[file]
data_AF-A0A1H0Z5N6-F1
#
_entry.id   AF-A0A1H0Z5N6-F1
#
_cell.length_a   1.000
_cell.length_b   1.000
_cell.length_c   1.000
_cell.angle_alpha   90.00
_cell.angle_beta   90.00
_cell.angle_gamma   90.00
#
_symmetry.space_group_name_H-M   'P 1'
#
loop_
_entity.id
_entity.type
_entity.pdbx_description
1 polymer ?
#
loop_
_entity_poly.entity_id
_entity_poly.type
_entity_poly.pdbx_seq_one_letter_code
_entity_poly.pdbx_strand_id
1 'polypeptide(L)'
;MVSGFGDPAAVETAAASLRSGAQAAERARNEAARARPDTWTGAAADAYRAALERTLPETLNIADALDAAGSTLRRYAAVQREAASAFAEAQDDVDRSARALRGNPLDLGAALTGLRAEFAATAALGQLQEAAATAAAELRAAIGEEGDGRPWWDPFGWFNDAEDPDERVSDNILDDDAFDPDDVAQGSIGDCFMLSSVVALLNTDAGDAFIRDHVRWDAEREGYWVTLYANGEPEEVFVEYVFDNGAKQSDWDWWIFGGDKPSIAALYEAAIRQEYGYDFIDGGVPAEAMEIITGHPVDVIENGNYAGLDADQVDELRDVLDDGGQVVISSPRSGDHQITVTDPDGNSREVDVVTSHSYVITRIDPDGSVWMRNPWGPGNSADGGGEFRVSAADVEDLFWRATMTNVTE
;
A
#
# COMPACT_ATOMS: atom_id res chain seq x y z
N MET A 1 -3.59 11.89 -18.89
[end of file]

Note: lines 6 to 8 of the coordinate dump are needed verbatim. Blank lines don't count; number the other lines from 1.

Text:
_cell.length_b   1.000
_cell.length_c   1.000
_cell.angle_alpha   90.00